Map Projections

## Cartographical Map Projections

Cartography is the science of map-making. It comprises many problems and techniques, including:

 South America in selected projections at identical scale. Which projection is best? Which is right? The short answer is none, at least not all the time. Even if a single projection is used, just switching the aspect can also radically reshape the continents.
• measuring the Earth's shape and features
• collecting and storing information about terrain, places and people
• representing the three-dimensional planet as flat maps (my main concern)
• devising and designing conventions for graphical representation of data
• printing and publishing information.
There is an endless variety of geographic maps for every kind of purpose. When looking at two different world maps one can wonder why the differences: do we draw the world as a rectangle, or an oval? Shouldn't it be a circle? Must coordinate grid lines be parallel? Straight or curved? Does South America's "tail" bend eastwards or westwards? What's the "right" way (or, more properly, is there one?) to draw our unique planet?

One important concern of cartography is solving how to project, i.e. transfer points from an almost spherical lump of rock (our Earth) onto flat surfaces, either paper pages or computer screens.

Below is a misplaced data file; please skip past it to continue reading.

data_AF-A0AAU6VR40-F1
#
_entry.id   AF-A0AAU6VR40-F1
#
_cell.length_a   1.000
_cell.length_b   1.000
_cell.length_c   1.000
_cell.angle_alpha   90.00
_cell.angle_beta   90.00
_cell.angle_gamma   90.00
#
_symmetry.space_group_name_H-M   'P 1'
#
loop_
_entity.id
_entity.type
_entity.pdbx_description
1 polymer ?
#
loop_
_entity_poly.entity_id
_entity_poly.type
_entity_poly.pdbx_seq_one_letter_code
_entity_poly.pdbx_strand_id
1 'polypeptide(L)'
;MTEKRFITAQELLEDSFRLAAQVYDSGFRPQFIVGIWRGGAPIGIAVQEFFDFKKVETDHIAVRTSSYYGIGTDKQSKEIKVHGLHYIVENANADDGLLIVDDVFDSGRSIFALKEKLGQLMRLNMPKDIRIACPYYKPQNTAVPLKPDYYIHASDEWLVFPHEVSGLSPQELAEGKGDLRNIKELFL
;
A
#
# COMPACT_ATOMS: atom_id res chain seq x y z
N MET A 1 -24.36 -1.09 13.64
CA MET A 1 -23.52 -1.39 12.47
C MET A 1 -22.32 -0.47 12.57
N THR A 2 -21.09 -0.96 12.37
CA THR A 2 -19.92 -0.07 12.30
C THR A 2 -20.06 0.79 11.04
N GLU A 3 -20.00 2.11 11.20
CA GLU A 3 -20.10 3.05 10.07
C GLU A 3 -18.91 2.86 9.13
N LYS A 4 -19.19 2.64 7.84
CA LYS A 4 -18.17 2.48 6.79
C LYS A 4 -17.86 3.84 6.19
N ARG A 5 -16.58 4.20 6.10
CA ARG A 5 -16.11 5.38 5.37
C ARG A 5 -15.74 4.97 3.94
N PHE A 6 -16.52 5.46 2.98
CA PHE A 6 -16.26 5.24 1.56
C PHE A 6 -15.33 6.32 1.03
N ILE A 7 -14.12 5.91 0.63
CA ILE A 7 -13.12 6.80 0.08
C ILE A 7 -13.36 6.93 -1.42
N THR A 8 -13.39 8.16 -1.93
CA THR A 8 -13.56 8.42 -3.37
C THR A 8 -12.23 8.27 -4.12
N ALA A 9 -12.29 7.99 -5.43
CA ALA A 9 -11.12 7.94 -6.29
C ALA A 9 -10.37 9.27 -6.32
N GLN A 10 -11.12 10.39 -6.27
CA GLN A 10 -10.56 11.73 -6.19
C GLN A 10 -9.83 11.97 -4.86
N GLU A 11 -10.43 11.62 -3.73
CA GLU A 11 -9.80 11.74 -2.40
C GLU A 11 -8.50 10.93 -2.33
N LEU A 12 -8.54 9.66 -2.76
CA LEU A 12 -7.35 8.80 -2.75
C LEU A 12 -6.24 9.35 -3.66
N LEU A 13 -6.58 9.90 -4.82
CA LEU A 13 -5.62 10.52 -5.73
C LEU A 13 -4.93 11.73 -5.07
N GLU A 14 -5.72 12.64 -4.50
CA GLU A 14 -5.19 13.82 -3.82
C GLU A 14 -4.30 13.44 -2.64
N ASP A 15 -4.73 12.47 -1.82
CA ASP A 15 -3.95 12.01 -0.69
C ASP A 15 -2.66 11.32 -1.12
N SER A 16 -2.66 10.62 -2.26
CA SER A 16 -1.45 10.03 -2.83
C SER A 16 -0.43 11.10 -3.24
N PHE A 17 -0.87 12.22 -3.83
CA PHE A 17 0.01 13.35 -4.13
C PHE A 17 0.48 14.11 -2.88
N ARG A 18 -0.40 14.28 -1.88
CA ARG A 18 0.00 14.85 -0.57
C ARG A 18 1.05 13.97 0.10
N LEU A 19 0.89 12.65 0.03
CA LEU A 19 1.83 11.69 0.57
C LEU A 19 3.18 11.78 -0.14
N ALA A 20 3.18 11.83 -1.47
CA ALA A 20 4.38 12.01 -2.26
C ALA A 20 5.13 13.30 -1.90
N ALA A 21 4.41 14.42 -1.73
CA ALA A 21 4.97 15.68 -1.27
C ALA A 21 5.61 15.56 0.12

Here are informally described important cartographic concepts, how maps are drawn and why there are so many different kinds of projections for world maps. You may start reading here and follow the buttons, or use this table of contents:

 Introduction A gentle introduction to tinkering with maps Basic definitions and concepts about the Earth, maps and the mapmaker's choices Fitting Map to Purpose Useful map properties: preserving distances (equidistance, isometry) geodesics (great circles) preserving directionspreserving shape (conformality) preserving area (equivalence)general distortion pattern (Tissot indicatrices)the angular deformation pattern Mathematics of Cartography How projections are created, including equations for: Main Projection Groups Azimuthal projections, perspective or not Cylindrical projections, arbitrary or perspective Pseudocylindrical projections, pure, continued or crossbred Conic projections, non-perspective and polyconic Pseudoconic projections Modified azimuthal projections Conformal projections Other interesting projections Coping with Distortion Tilted and crooked projections: oblique maps Tearing Earth's skin: interrupted maps introduction star projections interrupted and compound conic maps classic interrupted maps arbitrary interrupted maps interruption techniques Rebuilding the Earth into an exotic planet: polyhedral maps introduction and tetrahedral maps cubic and octahedral maps icosahedral, dodecahedral and other maps fold-outs for printing and assembling pseudoglobes Pieces of History Projections developed before the Modern Age Projections at Work Projections which helped making the world smaller: the Mercator and azimuthal equidistant Some unusual applications of map projections (in construction) Conclusion Summary and table of depicted projections Resources and links Quick answers and personal rants

 www.progonos.com/furuti    October 30, 2014